With a New Perspective, the Cloud Can Shift from Enemy to Ally
A lot of VARs and MSPs I’ve spoken with over the past few years see the cloud as a threat to their businesses, and some report that they’ve experienced dwindling profit margins as more of their customers’ IT hardware and applications move off premise. In 2010, Gartner’s research corroborated this reality, noting that approximately 98% of all cloud revenue was between SMBs and cloud providers with only 2% benefitting the channel.
A lot of VARs and MSPs I’ve spoken with over the past few years see the cloud as a threat to their businesses, and some report that they’ve experienced dwindling profit margins as more of their customers’ IT hardware and applications move off premise. In 2010, Gartner’s research corroborated this reality, noting that approximately 98 percent of all cloud revenue was between SMBs and cloud providers with only 2 percent benefitting the channel.
Fortunately, that story is changing. In less than three years since Gartner’s first study, the firm is now seeing close to 20 percent of cloud revenue going through the channel. Even though that still represents a minority of cloud business, that percentage continues to grow. Additionally, the overall cloud market is exploding. This year the worldwide cloud market is expected to reach $131 million, which includes cloud advertising and cloud business process as a service. If we focus exclusively on the channel’s addressable market, which is composed of IaaS (infrastructure-as-a-service), SaaS (software-as-a-service) and PaaS (platform-as-a-service), the potential is around $35 billion in 2013, with North America making up $20 billion of that total. Within the next three years, the addressable cloud market is expected to reach $57 billion.
A Quick Cloud Check of 500+ Channel Companies
At our recent Ingram Micro Cloud Summit, we surveyed 500+ channel partners in attendance and discovered some very interesting trends:
- 86 percent of IT solutions providers offer cloud services to their end customers today, up from 76 percent in 2012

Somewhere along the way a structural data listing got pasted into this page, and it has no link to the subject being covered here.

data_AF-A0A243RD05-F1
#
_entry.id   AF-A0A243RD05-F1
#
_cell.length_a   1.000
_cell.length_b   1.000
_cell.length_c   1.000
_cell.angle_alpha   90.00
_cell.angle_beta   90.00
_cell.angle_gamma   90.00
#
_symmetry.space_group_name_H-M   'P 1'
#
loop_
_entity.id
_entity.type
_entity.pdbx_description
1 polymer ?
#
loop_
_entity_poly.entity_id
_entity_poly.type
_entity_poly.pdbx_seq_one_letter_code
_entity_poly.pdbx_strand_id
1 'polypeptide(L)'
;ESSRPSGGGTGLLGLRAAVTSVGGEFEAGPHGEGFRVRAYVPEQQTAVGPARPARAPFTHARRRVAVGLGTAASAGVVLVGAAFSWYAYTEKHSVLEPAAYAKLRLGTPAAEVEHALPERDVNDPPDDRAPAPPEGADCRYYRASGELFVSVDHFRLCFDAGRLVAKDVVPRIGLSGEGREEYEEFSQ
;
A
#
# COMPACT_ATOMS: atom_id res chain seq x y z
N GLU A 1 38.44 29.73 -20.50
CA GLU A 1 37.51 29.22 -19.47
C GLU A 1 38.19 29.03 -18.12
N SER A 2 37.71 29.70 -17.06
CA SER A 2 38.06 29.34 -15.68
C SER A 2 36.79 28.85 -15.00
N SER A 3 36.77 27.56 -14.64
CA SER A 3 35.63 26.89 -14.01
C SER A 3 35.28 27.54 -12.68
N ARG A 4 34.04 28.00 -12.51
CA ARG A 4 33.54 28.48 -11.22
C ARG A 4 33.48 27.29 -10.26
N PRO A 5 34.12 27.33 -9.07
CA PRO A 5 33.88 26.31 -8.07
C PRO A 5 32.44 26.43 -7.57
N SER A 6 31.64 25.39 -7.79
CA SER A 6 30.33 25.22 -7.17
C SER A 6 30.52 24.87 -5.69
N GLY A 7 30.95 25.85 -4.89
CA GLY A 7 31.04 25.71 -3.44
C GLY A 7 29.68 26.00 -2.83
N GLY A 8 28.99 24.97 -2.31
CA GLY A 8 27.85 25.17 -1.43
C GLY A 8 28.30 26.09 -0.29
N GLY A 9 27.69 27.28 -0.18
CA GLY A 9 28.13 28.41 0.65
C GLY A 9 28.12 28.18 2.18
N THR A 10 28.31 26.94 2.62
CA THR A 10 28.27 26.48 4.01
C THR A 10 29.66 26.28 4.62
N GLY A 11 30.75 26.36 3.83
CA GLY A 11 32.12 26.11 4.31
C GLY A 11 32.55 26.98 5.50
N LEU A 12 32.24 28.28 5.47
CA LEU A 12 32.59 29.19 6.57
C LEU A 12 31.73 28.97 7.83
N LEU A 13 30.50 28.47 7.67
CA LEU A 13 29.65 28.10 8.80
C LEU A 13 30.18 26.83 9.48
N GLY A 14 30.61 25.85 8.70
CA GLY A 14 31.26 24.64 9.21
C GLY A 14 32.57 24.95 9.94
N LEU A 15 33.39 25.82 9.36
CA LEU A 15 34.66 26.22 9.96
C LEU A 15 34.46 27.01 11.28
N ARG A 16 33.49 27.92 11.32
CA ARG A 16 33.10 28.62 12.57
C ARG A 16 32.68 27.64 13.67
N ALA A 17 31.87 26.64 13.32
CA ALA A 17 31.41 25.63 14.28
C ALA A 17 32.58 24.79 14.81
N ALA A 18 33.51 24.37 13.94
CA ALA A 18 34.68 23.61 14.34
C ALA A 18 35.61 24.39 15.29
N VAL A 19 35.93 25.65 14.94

- 79 percent of attendees offer two-plus cloud solutions today, up from 70 percent in 2012
- 29 percent of attendees offer five-plus cloud solutions today
- 22 percent of attendees said their annual cloud revenue was more than $500K in 2012
- 3 percent of attendees said their annual cloud revenue was greater than $10M in 2012
What these trends tell me is that business owners are now realizing the cloud is an important part of their businesses, but the cloud is not as simple as they once might have thought. And, in the complexity of business, the channel becomes relevant. Keep this reality in mind as you look to find new ways to incorporate cloud solutions and services into your IT solutions and managed services practices.
Cloud Oversights SMBs Make
When talking to your customers and prospects, keep in mind some of the most common mistakes SMBs make when they attempt to bypass the channel and work directly with cloud providers. Here are a few:
- They may move sensitive data to a public cloud data center and inadvertently put themselves out of compliance with industry regulations in the process.
- Recovery time objective is another area small businesses overlook when they move to the cloud without the help of a VAR/MSP. As you’re well aware, having data stored securely off-site is only half the equation. If it takes several days to perform a data restore from the cloud because of inadequate bandwidth and time spent building new servers, the cost of downtime could translate to hundreds of thousands of dollars in lost revenue.
- Another key point to keep in mind is the inevitability of software problems. These can occur even if the customer’s applications are running in a top-notch cloud data center. Sometimes an operating system update can cause problems with certain business apps, which is outside the cloud provider’s area of responsibility. SMBs that use VARs/MSPs to remotely monitor and manage their apps can often have their application problems fixed before they even realize there’s a problem.
The bottom line: You shouldn’t view the cloud as a threat to your channel business. Instead, see it for what it really is—a new way of doing business that has the potential to offer your customers new economies of scale that couldn’t be achieved previously. And, if you’re willing and able to realign your value proposition, the cloud can become an ally that offers similar business benefits to you.
Renee Bergeron is Vice President, Managed Services and Cloud Computing at Ingram Micro North America. Guest blogs such as this one are published monthly, and are part of Talkin’ Cloud’s annual platinum sponsorship.